– Scroll down to the “My Subscription”
section
– Click or tap on the “Coupons” button
 a dialog box will appear
– Enter coupon code: PILOTSFLY
– Click the “Submit” button
Detailed instructions in https://help.cloudahoy.com/subscription-coupon

On behalf of the CloudAhoy team I would like to thank everybody who purchased CloudAhoy in the last few weeks, your support is even more important than ever.  Enjoy the extra 30 days with the coupon.

To all our users wherever you are all over the globe – stay safe!  Hope the PILOTSFLY coupon will give you moments of aviation-joy.

See you back in the air soon!

Chuck Shavit
and the CloudAhoy team
cloudahoy.com

Circling Approaches: Identified and Scored

We enhanced the flight analyzer’s -circling approaches now automatically identified.  This is available in both CloudAhoy Standard and CloudAhoy Pro.  If you have CloudAhoy Pro – it will have the additional information like with any instrument approach: waypoints, and scoring by CFI Assistant.

Circling approach – Auto-Segmentation

CloudAhoy now automatically identifies a circling approach and it is added to the segment list.  This is available for CloudAhoy Standard and Pro (Pro users have more details – see below

Example:

Circling Approach, 2D view (Click to enlarge)

Circling approach, 3D view (Click to enlarge)

Circling approaches in CloudAhoy Pro

Like with any Instrument approach, CloudAhoy Pro, an instrument approach is listed in the Segment Manager as an hierarchical segment: initial intercept, and then a subsegment for each waypoint.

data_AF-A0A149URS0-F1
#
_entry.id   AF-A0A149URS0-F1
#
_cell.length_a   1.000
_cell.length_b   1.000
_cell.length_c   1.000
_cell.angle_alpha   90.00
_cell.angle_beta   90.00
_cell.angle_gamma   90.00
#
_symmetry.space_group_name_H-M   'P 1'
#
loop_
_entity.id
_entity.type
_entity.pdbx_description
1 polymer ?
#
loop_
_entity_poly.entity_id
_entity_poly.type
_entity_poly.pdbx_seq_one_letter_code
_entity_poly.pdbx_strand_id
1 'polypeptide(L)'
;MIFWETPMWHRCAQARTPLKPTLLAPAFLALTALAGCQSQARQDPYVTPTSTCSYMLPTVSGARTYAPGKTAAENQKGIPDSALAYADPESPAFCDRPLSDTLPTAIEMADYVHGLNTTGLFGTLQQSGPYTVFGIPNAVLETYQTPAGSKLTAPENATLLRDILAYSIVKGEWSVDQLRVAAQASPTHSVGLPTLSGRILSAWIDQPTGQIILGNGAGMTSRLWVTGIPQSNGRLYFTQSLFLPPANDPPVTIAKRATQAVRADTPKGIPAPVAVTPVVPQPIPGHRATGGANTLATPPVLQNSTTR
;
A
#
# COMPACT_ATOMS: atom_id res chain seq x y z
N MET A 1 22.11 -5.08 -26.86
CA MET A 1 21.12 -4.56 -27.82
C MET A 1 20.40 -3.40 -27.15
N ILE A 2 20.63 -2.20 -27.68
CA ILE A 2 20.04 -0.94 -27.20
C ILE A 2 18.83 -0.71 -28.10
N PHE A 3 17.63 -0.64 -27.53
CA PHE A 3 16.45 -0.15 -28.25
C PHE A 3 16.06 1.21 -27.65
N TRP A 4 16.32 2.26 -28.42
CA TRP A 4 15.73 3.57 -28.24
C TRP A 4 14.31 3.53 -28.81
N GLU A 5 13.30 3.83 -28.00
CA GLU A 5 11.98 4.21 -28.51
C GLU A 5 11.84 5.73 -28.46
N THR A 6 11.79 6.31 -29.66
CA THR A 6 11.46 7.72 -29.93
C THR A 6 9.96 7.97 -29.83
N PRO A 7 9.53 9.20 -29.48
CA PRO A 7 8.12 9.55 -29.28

Circling approach with waypoint. [Barth, Germany] (Click to enlarge)

Segment Info, Standard vs. Pro and CFI Assistant

As always, you can click or tap on the  icon to get the detailed information.

If you are a Pro user you will get the CFI Assistant, and the waypoints are annotated on the graphs.

Circling approach – CFI assistant, waypoints are annotated on the graphs. (Click to enlarge)

In CloudAhoy Standard, the Segment Info will be displayed:

Circling approach, Segment Info – CloudAhoy Standard. Wind vectors are also displayed. (Click to enlarge)

 

AirSync for Automatic Upload G1000 Flight Data

Flight data from the Garmin G1000 is an excellent input for debrief.   To use it you need to import the data from the SD card to CloudAhoy.   Or – you can use AirSync and configure it to upload the data automatically into CloudAhoy.

AirSyncFor details how to configure AirSync to automatically upload flights data to your CloudAhoy account see https://help.cloudahoy.com/importing-flight-data/airsync/

 

Getting the rich data directly from the G1000 EFIS enhances the debrief’s accuracy and quality.  You can see engine data, gauges, fuel, and other parameters, aligned and synched with the flight segments – as seen the screenshot below (click to enlarge):

Tuneup of the CFI Assistant’s Scoring

We tuned the CFI Assistant’s scoring. If you debrief today a flight which you already debriefed before, you may notice that your scores have changed; in most cases the new scores are higher. The changes we made are a result of insightful feedback we received. It affect the scoring of both instrument approaches and visual approaches, as well as of the departure climb. Most of our adjustments were made by changing our default “CloudAhoy Basic” envelope.